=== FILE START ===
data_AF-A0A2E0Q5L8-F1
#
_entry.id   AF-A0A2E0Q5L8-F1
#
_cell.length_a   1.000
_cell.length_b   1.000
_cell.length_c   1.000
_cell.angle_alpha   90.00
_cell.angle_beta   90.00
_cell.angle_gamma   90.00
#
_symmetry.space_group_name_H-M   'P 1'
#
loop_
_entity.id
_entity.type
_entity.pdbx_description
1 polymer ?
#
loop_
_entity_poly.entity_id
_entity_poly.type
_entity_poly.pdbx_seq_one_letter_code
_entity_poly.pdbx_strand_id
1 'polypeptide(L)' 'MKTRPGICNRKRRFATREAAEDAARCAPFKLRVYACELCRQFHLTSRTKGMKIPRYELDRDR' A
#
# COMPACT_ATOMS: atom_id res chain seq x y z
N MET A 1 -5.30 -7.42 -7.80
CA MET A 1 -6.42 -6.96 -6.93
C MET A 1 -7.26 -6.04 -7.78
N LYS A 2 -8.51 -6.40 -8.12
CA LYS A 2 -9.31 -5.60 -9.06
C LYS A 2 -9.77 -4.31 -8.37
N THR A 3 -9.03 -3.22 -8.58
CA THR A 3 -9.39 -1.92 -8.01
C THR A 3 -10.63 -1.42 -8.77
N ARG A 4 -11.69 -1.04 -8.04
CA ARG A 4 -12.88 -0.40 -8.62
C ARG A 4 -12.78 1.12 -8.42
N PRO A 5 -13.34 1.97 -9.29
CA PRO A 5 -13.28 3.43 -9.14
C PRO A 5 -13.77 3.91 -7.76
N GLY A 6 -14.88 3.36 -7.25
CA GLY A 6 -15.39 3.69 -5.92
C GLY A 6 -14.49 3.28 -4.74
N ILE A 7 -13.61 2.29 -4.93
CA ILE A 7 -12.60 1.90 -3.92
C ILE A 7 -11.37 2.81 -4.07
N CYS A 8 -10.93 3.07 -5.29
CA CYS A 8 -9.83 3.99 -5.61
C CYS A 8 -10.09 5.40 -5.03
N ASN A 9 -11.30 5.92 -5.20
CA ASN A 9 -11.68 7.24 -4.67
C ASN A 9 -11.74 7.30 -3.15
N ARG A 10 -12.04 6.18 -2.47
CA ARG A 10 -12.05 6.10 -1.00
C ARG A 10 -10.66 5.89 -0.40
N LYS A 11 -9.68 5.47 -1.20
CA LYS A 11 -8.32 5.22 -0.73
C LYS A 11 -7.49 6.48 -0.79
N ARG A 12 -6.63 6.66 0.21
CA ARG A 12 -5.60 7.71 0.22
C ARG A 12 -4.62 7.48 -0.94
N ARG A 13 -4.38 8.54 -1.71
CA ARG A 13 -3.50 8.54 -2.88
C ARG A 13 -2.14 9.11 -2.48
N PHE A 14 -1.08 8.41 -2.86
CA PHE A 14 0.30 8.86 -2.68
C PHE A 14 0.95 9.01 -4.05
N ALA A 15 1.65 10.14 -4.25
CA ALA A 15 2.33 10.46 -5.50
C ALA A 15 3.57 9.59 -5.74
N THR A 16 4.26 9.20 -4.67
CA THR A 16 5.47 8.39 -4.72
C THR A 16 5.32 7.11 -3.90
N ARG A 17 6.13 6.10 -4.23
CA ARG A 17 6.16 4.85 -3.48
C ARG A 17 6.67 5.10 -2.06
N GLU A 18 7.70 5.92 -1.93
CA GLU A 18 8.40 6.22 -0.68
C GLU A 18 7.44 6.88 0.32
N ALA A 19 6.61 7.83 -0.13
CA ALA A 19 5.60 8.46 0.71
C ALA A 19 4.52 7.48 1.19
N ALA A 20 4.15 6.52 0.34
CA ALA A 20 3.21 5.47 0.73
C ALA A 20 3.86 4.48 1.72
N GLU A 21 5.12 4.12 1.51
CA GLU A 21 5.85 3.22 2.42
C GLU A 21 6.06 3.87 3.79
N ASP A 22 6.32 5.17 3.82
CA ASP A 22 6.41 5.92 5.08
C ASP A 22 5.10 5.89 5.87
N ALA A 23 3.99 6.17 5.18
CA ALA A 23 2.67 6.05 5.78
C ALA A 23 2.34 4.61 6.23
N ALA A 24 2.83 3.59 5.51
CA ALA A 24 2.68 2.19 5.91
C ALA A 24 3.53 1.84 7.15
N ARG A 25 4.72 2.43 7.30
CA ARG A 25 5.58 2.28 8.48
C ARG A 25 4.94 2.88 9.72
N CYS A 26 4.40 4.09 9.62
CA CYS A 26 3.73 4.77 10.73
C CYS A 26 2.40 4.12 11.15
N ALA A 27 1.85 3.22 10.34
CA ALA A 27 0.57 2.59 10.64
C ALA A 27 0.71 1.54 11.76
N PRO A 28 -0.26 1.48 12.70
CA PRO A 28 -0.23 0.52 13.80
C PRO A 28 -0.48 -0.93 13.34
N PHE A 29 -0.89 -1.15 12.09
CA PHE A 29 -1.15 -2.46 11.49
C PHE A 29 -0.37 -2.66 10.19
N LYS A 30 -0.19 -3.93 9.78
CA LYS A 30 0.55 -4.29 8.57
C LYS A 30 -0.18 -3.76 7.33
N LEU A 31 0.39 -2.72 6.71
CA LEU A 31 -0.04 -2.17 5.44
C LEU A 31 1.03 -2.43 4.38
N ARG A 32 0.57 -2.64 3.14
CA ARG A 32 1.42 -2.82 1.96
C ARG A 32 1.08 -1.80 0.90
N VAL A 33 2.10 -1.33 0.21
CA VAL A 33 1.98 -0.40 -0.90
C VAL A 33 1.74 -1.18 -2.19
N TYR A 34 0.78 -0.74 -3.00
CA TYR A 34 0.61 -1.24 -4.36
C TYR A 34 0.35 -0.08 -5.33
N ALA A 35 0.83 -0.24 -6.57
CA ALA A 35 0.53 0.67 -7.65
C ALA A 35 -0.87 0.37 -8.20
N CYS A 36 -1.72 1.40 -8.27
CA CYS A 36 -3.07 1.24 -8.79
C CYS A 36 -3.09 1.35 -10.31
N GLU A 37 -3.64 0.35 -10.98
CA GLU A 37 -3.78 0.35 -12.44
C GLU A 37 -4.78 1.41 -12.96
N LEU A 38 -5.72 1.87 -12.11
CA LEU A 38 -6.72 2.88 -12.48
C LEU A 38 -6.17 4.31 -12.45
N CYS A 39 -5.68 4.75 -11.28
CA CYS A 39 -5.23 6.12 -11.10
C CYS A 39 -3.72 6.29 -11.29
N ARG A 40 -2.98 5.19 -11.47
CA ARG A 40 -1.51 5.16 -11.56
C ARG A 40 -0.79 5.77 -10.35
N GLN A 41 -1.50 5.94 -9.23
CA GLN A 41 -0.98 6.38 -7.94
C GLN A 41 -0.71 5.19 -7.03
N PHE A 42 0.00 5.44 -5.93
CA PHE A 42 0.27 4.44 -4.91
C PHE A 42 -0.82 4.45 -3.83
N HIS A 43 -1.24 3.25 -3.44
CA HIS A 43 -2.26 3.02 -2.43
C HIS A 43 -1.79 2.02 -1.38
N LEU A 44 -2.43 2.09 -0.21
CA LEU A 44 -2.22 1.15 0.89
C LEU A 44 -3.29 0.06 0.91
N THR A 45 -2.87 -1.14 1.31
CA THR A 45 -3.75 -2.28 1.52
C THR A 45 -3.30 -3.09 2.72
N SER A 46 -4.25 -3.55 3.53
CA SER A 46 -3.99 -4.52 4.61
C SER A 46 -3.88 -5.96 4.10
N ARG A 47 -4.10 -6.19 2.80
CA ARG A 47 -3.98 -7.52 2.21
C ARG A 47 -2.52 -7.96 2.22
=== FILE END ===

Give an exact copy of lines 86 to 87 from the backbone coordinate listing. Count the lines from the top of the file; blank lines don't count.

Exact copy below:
CA ALA A 20 3.21 5.47 0.73
C ALA A 20 3.86 4.48 1.72